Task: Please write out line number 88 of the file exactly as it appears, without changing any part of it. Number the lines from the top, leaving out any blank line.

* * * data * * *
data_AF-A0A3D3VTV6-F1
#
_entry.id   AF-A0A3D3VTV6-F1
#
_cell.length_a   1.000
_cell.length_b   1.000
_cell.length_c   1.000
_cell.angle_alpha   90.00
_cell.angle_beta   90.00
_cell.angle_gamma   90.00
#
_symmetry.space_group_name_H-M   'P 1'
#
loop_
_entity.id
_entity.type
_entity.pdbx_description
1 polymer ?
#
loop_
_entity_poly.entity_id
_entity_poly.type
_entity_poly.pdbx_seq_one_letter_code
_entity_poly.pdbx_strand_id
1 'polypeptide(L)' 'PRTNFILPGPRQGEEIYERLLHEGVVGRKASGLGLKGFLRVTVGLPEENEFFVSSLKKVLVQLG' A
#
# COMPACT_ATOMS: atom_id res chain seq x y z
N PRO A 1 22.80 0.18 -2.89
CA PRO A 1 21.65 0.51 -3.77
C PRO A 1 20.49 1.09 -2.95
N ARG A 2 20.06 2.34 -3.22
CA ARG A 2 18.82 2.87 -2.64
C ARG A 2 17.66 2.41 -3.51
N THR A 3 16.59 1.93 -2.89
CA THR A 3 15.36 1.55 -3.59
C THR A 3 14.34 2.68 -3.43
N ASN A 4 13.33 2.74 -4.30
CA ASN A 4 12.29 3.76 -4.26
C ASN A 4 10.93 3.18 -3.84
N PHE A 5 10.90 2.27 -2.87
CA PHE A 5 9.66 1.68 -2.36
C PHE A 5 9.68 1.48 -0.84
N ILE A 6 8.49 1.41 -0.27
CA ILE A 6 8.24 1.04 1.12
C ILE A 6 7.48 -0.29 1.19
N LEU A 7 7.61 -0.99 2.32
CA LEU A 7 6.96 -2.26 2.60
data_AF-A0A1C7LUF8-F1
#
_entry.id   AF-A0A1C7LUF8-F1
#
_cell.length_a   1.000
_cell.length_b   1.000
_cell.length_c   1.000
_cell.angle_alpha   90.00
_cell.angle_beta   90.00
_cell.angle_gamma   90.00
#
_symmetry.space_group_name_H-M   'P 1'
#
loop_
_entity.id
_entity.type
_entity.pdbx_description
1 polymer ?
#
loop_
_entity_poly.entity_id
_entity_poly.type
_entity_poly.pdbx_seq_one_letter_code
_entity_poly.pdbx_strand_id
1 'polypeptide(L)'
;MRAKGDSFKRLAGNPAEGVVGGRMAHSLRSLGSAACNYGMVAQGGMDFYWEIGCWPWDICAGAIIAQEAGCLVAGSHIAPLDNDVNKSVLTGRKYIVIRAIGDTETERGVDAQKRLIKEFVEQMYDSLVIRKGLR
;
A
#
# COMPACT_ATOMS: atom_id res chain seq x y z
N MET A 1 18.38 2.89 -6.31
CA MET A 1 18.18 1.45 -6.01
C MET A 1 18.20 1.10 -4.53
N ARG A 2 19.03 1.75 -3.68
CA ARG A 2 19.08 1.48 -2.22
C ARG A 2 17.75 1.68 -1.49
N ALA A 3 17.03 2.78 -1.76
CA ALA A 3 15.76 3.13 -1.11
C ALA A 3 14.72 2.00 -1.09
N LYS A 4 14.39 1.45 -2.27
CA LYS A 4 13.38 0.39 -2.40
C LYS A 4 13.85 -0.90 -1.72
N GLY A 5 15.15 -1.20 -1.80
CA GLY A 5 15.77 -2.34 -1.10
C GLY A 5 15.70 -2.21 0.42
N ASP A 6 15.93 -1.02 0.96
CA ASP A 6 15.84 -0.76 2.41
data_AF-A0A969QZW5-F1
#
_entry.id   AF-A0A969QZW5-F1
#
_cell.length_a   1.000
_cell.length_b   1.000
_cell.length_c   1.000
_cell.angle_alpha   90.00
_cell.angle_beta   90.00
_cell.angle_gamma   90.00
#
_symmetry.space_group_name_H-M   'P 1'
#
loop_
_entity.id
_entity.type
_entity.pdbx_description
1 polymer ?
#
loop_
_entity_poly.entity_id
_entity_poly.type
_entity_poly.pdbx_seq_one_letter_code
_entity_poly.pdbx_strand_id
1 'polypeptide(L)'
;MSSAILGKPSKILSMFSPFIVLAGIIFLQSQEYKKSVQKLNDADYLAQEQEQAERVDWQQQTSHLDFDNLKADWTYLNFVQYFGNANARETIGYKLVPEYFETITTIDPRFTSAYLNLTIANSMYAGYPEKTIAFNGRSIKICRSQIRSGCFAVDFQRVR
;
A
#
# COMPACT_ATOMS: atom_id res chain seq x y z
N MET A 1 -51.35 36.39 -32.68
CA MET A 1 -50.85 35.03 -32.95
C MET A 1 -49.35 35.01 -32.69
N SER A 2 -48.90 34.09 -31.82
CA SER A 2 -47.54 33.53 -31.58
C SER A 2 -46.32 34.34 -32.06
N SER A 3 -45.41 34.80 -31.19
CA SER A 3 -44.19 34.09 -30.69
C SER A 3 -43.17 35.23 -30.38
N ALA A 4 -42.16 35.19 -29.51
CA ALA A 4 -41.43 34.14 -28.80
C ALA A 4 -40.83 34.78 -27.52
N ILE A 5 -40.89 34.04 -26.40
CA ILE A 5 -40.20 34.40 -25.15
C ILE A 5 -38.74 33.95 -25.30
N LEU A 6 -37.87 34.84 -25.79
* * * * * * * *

CA LYS A 4 13.38 0.39 -2.40